The medication fingolimod (Gilenya) can have positive effects on the nervous system as well as on the immune system for multiple sclerosis patients.
The immune system-suppressing multiple sclerosis (MS) drug fingolimod (Gilenya) also has potentially beneficial effects on the nervous system, according to a recent study, “The multiple sclerosis drug fingolimod (FTY720) stimulates neuronal gene expression, axonal growth and regeneration.“ The article appeared online March 12 in an early version of the journal Experimental Neurology.
Fingolimod is a relatively new medication for MS, and researchers designed the drug to target the immune system. In MS, the immune system is overactive and damages myelin, the substance that wraps around neurons and allows them to communicate efficiently. Increasing evidence suggests that neurons are also damaged, and that the axons that extend from these brain cells and connect them to one another may be lost. Clinical trials on fingolimod have shown that the drug reduces the rate of relapses in relapsing-remitting multiple sclerosis (RRMS) patients by approximately 50 percent over two years.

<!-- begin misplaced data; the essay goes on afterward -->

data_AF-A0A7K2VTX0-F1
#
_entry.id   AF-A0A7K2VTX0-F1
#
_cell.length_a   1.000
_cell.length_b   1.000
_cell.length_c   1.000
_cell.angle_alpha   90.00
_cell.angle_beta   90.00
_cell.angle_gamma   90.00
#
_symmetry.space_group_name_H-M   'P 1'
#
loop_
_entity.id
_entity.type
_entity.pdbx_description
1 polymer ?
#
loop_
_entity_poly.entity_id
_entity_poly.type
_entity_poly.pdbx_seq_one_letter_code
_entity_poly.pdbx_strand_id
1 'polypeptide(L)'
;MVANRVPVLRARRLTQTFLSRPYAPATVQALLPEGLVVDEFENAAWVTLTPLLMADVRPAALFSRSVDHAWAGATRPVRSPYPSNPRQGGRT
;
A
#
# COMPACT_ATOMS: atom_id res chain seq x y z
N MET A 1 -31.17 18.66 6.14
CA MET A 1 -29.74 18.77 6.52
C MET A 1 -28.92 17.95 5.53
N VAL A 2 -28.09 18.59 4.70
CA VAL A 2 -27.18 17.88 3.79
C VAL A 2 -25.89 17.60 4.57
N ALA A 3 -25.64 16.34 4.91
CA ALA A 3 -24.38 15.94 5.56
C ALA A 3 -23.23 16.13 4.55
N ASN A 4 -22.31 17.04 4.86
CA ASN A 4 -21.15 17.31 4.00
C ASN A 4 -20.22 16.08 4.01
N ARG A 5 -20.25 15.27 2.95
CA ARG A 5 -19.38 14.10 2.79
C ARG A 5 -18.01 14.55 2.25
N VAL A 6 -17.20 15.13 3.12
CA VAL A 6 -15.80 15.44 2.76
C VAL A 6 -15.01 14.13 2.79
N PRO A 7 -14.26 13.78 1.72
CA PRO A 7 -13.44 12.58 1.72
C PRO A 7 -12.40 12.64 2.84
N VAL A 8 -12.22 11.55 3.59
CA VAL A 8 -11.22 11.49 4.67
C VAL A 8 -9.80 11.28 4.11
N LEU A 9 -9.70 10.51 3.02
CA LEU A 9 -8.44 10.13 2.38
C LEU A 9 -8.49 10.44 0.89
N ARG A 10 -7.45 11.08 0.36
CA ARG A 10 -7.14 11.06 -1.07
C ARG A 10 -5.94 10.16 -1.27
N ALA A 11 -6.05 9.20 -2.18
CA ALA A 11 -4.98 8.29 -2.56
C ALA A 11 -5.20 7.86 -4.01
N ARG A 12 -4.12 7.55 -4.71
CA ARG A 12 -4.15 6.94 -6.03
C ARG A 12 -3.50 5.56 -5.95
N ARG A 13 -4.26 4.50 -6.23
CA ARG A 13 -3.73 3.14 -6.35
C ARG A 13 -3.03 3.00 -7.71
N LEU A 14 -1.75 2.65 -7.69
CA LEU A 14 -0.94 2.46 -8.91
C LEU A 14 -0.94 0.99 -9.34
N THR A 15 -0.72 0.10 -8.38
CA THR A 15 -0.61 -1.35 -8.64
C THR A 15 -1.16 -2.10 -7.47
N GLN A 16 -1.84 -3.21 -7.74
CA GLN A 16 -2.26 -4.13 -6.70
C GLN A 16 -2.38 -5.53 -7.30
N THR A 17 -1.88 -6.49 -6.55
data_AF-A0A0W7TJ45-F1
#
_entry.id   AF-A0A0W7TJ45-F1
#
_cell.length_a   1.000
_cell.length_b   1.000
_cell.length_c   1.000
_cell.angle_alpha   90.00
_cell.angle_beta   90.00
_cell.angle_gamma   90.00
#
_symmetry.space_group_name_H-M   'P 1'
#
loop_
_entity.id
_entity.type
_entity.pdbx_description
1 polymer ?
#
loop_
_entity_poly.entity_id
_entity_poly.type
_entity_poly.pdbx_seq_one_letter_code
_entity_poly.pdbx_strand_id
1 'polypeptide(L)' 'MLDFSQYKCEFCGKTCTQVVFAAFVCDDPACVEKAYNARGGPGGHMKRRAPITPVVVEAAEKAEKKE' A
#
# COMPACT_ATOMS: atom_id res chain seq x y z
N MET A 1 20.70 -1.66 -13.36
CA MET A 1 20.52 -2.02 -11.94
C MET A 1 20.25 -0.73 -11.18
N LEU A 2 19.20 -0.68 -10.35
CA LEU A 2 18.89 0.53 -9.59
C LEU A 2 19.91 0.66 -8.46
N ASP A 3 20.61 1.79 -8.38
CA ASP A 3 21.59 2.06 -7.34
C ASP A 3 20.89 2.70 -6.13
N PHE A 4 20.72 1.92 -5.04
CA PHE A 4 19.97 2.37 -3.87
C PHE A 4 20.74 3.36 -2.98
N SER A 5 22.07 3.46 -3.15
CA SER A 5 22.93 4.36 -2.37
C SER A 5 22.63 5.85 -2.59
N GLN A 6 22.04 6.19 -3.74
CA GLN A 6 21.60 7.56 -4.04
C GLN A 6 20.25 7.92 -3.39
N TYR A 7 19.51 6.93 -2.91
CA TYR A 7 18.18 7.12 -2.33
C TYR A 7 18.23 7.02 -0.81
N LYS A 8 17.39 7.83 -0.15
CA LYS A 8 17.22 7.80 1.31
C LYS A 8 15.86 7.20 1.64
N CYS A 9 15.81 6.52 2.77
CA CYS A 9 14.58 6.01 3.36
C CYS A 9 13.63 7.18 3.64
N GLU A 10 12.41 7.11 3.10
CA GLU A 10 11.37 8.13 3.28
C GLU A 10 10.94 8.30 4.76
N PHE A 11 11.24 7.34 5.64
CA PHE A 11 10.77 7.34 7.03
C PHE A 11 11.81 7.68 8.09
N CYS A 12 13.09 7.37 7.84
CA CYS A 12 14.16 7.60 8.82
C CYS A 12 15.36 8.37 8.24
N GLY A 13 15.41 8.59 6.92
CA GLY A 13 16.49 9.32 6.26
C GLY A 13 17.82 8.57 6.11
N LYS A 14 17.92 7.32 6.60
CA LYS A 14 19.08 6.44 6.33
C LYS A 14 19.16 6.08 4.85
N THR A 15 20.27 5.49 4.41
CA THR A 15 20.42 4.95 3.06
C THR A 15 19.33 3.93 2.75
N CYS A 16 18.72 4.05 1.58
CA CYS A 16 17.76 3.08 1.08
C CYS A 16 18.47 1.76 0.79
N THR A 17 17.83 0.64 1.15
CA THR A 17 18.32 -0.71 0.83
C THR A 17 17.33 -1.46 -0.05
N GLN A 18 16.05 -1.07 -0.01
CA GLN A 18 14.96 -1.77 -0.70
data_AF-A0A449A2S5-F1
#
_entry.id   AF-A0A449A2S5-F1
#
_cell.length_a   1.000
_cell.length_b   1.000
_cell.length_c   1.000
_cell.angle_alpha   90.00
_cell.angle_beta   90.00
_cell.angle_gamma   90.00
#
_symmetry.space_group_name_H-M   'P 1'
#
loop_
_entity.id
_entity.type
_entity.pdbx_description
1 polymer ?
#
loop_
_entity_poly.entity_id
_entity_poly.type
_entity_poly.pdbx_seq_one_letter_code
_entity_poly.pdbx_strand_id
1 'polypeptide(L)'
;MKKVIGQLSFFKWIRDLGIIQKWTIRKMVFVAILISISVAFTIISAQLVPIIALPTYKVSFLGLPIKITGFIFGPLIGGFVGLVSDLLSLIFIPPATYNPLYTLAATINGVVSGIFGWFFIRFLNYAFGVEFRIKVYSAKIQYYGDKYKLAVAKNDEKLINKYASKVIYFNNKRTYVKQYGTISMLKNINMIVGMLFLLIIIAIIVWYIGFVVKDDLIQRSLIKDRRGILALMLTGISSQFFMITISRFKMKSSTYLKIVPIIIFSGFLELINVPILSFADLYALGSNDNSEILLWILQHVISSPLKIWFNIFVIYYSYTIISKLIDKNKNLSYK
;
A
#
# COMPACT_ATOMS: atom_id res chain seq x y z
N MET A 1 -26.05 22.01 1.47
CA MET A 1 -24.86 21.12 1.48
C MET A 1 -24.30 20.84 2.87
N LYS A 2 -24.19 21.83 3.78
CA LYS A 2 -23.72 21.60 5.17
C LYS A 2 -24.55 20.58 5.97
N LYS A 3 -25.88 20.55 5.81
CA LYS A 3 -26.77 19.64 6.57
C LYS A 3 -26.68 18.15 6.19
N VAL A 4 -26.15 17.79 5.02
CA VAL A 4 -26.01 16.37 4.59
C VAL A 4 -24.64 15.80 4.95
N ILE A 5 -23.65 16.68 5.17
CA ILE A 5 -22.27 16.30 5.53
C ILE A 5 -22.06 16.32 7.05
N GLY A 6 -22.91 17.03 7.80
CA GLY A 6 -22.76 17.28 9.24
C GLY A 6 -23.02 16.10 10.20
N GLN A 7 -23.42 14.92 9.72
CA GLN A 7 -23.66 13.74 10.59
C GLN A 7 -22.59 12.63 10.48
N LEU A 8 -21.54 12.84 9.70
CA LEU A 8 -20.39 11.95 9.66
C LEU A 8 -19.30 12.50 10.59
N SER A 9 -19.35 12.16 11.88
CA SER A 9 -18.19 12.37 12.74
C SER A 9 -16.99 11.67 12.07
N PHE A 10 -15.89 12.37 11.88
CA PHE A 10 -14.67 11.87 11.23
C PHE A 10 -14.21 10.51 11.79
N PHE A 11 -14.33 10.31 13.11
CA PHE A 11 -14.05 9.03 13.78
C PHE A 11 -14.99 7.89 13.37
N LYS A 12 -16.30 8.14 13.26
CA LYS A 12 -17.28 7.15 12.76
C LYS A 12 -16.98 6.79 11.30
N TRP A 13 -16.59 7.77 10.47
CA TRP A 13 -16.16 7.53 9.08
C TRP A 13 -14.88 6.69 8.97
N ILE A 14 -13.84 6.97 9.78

Sofia Anastasiadou and Bernd Knöll from the Institute of Physiological Chemistry, Ulm University, Germany, explored the possibility that fingolimod has additional effects on the nervous system, which may complement its influence on suppressing the immune system.
The researchers grew mouse neurons in a dish (in vitro) that had been taken from a region of the brain that controls movement, known as the cerebellum. They then added fingolimod to the cells and looked for changes in neurons, using a variety of standard laboratory measurements.